Report of Casualties in commissioned officers and enlisted men of the First Battalion, Fifteenth U. S. Infantry, at the battle of Chickamauga Creek, September 19, 20, and 21, 1863.*
Wounded.-Captain D. M. Meredith, Second Lieutenant John Williams.
Missing.-First Lieutenants E. M. Timony, Samuel S. Holbrook, William G. Galloway, and Roman H. Gray; Second Lieutenants Theodore Kendall and James P. Brown.
Command. Killed. Wounded and Missing Total.
. missing .
6 2 14 22
Company C. 1 4 2 10 17
Company E. 4 2 2 9 17
Company F. 1 3
Company G. 3 4 7 8 22
9 3 14 26
Total. 9 31 16 88 144
ALBERT B. DOD,
Captain Fifteenth Infantry, Comdg. First Battalion.
OFFICE COMMISSARY OF MUSTERS, FOURTH ARMY CORPS, Chattanooga, Tenn., October 19, 1863.
COLONEL: At the request of Major-General Rosecrans, I have the honor to make the following report of Private William J. Carson, bugler in the First Battalion, Fifteenth U. S. Infantry;
On Saturday, September 19, when the regular brigade was falling back, he behaved with most conspicuous gallantry; with a sword in one hand and his bugle in the other, he sounded constantly the "Halt," the "Rally," and the "Forward;" espying a stand of colors belonging to the Eighteenth U. S. Infantry, he rushed up to them and sounded "To the color." His conduct attracted the notice and elicited the admiration of the whole brigade. On Sunday, September 20, before our battalion was engaged, the Eighteenth, being pressed by vastly superior numbers, was falling back; Carson by some means became the possessor of a musket and constituted himself a "provost guard." One of the officers attempted to pass him, but he positively refused to allow it, stating that it was against his orders. All this time he continued to sound the various calls on his bugle. I regret to state that his fate remains a mystery; he was last seen by me late on Sunday afternoon behind the breastworks. I can only hope that he is a prisoner.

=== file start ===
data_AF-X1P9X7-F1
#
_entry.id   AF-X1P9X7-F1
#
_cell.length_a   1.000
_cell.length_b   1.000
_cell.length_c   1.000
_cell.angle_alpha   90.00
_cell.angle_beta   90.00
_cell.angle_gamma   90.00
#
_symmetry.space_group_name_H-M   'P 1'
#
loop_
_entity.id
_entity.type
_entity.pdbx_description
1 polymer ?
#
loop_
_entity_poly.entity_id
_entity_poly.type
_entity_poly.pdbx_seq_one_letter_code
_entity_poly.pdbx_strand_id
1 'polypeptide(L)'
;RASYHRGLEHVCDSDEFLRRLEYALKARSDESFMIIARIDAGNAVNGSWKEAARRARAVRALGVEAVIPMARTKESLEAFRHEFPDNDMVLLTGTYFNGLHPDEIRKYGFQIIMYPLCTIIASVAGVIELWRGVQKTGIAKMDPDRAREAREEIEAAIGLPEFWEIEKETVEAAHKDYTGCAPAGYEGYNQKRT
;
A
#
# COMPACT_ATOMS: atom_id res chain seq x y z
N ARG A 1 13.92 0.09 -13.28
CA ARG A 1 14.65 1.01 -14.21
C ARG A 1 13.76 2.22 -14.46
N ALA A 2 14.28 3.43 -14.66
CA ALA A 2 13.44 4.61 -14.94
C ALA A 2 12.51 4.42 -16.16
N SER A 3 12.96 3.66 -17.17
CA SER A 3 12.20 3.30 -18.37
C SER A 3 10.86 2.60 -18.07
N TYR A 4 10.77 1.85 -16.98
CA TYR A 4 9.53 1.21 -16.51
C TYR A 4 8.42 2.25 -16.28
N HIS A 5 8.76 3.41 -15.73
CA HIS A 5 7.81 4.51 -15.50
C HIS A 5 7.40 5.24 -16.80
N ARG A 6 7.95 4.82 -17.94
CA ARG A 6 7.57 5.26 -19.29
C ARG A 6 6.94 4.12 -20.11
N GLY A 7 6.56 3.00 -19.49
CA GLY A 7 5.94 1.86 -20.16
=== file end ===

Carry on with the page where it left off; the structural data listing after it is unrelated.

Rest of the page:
Where all behaved as well as they did on Sunday, it would seem invidious to make distinctions, but I beg leave also to mention First Sergt. John Marrs, afterward killed. His company, which had never been under fire before, fell back. Sergeant Marrs was marching to the rear trying to steady the men; his gun was on his right shoulder.
*See revised statement, p. 171.